3. Users. The lifeblood of any business is users. VC’s are often a provider of marketing dollars to some extent, and the next phase is a test to see if the marketing dollars can acquire enough users to turn the flywheel toward profits. On Compound, the customers are acquired and rewarded for using the product. This model follows in the step of the more familiar “Coop”. These governance tokens confer some “right” upon its holders to participate in the protocol. Decentralized governance is missing the core of the apple, the CEO, the board, etc. These roles are filled through governance proposals in a decentralized protocol.
4. Exit liquidity. Cynicism should run deep in crypto. So what if we “incentivize” a pool of liquidity that will feather our exit from the protocol. The ever present dichotomy of different investing timeframes and horizons. How to incentivize parties to work together to maximize long-term value. Bookmark this one for the incoming Sushi tummy ache in future case studies.
Degen Spartan 2020 AD
The tokenized governance of $COMP has certainly had its challenges and success stories. For the governance process, it requires 100,000 COMP or over $15,000,000 worth to make proposals. So now doubt this is a very top heavy, whale dominated governance process.
Takes more than Couch Cushion Change to Be a $COMP politician
Large $COMP proposal requirements obviously prevent proposal overload from small fish needlessly spamming the governance process. But overall makes having one $COMP similar to having one share of GE. Makes it hard to really dig into the governance process as it is clear that any vote is going to fail unless supported by the oligarchs.
As we discussed in Part 1, fairness is often a matter of opinion. Is it fair that the largest investors in a protocol have a larger share in the governance? Is it fair that minority interests effectively have zero realistic sway in governance?
It should be mentioned that $COMP governance also has a really novel feature regarding delegation. Small $COMP fry can delegate their voting power via smart contract to “protocol” politicians that they believe represent their interests.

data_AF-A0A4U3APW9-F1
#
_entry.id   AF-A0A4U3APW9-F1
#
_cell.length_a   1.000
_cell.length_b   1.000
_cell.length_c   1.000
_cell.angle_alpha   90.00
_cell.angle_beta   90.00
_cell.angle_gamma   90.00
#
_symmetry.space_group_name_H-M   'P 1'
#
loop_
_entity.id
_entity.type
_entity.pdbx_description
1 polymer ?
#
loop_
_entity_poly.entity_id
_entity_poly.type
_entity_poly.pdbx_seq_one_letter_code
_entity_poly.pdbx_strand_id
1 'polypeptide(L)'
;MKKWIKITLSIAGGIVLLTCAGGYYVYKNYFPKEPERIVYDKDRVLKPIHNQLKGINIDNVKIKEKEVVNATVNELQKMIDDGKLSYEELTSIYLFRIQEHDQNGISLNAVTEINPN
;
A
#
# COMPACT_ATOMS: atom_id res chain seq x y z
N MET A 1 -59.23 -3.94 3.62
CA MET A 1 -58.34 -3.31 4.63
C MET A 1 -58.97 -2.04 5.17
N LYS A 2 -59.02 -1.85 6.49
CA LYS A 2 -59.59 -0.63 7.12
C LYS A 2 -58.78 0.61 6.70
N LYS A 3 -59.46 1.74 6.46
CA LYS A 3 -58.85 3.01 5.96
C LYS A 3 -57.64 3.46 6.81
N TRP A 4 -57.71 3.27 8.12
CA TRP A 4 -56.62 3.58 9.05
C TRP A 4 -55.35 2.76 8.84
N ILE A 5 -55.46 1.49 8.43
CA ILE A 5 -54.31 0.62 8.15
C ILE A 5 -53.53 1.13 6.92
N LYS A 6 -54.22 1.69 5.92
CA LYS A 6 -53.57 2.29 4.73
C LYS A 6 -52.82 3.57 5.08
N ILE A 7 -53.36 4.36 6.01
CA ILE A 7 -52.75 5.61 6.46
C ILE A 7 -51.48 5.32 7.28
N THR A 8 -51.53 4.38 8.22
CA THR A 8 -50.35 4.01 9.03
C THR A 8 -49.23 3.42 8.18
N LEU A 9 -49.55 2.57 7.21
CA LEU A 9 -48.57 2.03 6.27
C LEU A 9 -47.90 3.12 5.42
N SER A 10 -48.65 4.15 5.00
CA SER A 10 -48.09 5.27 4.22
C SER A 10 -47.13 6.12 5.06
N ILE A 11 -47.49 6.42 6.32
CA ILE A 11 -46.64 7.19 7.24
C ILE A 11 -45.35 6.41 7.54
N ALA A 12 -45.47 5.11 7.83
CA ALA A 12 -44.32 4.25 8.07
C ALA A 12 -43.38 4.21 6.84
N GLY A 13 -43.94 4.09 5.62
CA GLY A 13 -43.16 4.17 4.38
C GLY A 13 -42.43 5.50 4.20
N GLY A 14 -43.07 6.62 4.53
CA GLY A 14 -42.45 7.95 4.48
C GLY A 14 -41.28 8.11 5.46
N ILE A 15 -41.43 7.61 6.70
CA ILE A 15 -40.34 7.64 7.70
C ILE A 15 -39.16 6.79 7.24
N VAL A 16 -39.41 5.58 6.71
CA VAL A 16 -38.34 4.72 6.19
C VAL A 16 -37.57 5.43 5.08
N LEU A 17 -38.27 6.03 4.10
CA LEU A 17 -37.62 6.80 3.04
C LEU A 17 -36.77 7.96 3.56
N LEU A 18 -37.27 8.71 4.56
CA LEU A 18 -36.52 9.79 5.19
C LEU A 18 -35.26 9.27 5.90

Open questions from a legal standpoint? What responsibilities (if any) do the protocol politicians have to their token constituents. Can they lie, cheat and collude against their interests?
Can delegates collude with each other to lead a Barbarians at the Gate activist investor coup against the protocol’s insiders
What attack vectors do other “yield farming” projects open for tokenized governance. For example, what happens if a other “food token” project gets hacked and the tokens are used to vote for merger?
Can governance be “rented” in things like Power Pool. Reminds me of the statement warlords loyalty can’t be bought. But it can surely be rented.
So generalized notions of fairness are words that people throw around, but generally are very squishy and difficult to manage the edge cases. That is why there is such a large body of law and regulations, Williams Act, fiduciary responsibility, etc that has developed to protect minority interests (and majority interests) in corporate governance. Tokenized governance is probably not equal to corporate governance, but many will try to pigeonhole into existing paradigms.
Special thanks to Adam J Kerpelman for providing comments. Next case study to follow will be YFI, stay tuned…..
All links provided are for informational purposes only and not meant as recommendations of the people or products. Nothing herein is legal advice and should not be relied upon without reaching out to your own personal attorney. The linked ABA disclaimer is appended to the blog.